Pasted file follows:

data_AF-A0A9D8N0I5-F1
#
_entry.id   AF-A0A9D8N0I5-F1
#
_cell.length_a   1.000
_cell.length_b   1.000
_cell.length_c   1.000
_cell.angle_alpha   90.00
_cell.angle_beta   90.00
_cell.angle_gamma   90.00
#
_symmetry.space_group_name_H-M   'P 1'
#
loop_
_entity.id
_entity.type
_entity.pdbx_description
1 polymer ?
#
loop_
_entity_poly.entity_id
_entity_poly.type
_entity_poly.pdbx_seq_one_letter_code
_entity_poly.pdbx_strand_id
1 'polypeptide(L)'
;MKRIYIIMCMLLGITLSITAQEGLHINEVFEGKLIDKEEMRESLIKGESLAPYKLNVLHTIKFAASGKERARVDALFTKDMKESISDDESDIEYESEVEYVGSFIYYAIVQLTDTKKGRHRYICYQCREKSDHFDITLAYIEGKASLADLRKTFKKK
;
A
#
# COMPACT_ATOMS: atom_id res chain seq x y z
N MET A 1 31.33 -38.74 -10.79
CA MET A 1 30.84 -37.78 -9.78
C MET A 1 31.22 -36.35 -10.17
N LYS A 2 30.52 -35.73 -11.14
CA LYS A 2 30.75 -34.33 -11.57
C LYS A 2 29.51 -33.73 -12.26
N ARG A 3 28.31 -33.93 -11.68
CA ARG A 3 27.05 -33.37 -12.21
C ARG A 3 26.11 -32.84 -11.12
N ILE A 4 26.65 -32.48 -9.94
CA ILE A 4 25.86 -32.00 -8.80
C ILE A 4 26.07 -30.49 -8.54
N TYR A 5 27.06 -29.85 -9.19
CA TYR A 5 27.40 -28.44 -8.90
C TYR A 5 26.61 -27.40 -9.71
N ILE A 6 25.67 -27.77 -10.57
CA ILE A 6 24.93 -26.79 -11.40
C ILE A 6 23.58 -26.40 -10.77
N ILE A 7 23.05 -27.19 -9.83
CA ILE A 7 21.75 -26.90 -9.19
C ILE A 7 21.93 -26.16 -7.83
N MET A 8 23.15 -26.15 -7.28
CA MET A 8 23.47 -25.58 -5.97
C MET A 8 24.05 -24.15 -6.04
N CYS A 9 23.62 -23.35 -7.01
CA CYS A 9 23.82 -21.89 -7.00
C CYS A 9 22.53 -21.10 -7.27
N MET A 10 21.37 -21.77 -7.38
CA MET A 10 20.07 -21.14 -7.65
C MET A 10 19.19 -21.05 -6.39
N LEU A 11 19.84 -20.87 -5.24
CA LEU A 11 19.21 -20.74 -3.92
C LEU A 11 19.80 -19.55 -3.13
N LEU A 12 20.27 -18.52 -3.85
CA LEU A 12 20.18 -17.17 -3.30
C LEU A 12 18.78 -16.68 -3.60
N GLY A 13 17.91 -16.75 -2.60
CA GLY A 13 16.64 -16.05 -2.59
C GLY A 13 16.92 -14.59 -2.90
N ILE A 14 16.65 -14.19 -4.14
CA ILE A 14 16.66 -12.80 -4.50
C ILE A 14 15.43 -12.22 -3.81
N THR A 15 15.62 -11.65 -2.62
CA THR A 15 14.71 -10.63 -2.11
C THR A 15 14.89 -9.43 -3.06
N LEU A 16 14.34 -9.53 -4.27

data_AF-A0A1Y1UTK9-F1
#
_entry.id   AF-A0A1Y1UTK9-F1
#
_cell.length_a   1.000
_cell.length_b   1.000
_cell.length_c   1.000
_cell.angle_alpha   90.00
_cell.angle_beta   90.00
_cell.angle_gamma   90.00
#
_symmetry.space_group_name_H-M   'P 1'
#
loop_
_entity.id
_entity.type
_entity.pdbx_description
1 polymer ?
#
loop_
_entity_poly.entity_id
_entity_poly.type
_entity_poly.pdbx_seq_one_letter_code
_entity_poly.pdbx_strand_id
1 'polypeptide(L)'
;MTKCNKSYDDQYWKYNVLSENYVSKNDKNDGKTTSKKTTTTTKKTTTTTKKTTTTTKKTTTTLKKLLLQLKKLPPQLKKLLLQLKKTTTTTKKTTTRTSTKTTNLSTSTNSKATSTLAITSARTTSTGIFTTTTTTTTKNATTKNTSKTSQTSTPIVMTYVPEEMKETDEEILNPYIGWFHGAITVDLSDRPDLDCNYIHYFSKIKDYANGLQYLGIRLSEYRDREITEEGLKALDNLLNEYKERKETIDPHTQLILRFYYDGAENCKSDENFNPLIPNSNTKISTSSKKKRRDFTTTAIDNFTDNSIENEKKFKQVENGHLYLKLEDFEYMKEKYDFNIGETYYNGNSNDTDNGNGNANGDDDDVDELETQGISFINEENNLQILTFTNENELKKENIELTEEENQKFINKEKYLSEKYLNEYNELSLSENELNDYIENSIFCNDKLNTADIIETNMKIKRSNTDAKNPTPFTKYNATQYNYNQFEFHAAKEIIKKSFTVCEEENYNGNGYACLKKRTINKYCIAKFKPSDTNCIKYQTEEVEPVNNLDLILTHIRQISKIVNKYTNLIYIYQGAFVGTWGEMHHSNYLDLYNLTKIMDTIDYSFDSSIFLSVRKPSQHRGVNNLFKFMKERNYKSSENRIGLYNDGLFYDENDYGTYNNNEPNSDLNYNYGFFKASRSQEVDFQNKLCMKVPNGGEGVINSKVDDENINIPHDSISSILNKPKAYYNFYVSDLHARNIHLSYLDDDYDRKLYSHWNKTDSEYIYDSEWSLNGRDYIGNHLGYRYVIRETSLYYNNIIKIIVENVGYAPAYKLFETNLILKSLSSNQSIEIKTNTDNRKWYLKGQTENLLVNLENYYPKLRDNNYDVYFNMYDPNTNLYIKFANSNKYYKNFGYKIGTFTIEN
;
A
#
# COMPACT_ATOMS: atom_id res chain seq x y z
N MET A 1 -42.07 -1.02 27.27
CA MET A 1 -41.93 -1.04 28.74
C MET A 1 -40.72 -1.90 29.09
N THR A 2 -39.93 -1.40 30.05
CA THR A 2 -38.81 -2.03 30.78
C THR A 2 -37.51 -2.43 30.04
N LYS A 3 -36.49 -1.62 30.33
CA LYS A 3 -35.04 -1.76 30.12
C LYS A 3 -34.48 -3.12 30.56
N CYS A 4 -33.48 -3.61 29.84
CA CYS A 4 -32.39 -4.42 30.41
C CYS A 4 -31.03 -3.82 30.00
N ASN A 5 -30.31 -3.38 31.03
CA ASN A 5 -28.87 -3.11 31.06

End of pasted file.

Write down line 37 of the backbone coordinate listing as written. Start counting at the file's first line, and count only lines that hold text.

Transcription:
N ARG A 3 28.31 -33.93 -11.68